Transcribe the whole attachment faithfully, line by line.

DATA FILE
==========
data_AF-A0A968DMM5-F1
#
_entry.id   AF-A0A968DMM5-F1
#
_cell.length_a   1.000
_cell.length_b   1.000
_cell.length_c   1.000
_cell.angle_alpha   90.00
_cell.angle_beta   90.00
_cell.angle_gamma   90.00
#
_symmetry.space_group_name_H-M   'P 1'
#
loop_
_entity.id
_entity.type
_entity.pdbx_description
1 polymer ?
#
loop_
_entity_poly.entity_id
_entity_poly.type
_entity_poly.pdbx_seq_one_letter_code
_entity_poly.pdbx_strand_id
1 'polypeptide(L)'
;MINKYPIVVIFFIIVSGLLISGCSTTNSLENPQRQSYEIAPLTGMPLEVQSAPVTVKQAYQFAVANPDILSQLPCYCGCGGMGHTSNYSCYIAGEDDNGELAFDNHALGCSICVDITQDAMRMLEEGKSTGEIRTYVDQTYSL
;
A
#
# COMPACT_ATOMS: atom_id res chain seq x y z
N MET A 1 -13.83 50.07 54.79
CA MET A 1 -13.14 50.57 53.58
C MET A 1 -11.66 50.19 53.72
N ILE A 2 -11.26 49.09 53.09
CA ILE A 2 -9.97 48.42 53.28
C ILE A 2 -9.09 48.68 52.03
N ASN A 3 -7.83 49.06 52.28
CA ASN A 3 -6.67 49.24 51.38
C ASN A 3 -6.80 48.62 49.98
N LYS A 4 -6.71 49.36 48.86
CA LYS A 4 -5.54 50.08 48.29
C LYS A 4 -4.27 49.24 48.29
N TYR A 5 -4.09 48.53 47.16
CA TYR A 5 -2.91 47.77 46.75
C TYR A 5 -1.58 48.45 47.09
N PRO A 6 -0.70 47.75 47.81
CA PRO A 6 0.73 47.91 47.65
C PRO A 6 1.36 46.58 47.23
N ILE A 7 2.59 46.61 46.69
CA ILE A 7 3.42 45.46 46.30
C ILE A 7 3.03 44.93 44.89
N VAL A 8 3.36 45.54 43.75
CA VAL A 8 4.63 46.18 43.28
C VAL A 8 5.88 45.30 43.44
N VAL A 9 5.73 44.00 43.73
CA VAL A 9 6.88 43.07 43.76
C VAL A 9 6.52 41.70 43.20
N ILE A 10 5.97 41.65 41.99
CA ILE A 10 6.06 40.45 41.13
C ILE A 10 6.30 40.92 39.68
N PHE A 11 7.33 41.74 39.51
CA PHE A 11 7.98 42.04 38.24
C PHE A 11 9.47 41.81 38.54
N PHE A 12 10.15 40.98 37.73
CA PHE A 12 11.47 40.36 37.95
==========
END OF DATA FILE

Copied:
data_AF-A0A968DMM5-F1
#
_entry.id   AF-A0A968DMM5-F1
#
_cell.length_a   1.000
_cell.length_b   1.000
_cell.length_c   1.000
_cell.angle_alpha   90.00
_cell.angle_beta   90.00
_cell.angle_gamma   90.00
#
_symmetry.space_group_name_H-M   'P 1'
#
loop_
_entity.id
_entity.type
_entity.pdbx_description
1 polymer ?
#
loop_
_entity_poly.entity_id
_entity_poly.type
_entity_poly.pdbx_seq_one_letter_code
_entity_poly.pdbx_strand_id
1 'polypeptide(L)'
;MINKYPIVVIFFIIVSGLLISGCSTTNSLENPQRQSYEIAPLTGMPLEVQSAPVTVKQAYQFAVANPDILSQLPCYCGCGGMGHTSNYSCYIAGEDDNGELAFDNHALGCSICVDITQDAMRMLEEGKSTGEIRTYVDQTYSL
;
A
#
# COMPACT_ATOMS: atom_id res chain seq x y z
N MET A 1 -13.83 50.07 54.79
CA MET A 1 -13.14 50.57 53.58
C MET A 1 -11.66 50.19 53.72
N ILE A 2 -11.26 49.09 53.09
CA ILE A 2 -9.97 48.42 53.28
C ILE A 2 -9.09 48.68 52.03
N ASN A 3 -7.83 49.06 52.28
CA ASN A 3 -6.67 49.24 51.38
C ASN A 3 -6.80 48.62 49.98
N LYS A 4 -6.71 49.36 48.86
CA LYS A 4 -5.54 50.08 48.29
C LYS A 4 -4.27 49.24 48.29
N TYR A 5 -4.09 48.53 47.16
CA TYR A 5 -2.91 47.77 46.75
C TYR A 5 -1.58 48.45 47.09
N PRO A 6 -0.70 47.75 47.81
CA PRO A 6 0.73 47.91 47.65
C PRO A 6 1.36 46.58 47.23
N ILE A 7 2.59 46.61 46.69
CA ILE A 7 3.42 45.46 46.30
C ILE A 7 3.03 44.93 44.89
N VAL A 8 3.36 45.54 43.75
CA VAL A 8 4.63 46.18 43.28
C VAL A 8 5.88 45.30 43.44
N VAL A 9 5.73 44.00 43.73
CA VAL A 9 6.88 43.07 43.76
C VAL A 9 6.52 41.70 43.20
N ILE A 10 5.97 41.65 41.99
CA ILE A 10 6.06 40.45 41.13
C ILE A 10 6.30 40.92 39.68
N PHE A 11 7.33 41.74 39.51
CA PHE A 11 7.98 42.04 38.24
C PHE A 11 9.47 41.81 38.54
N PHE A 12 10.15 40.98 37.73
CA PHE A 12 11.47 40.36 37.95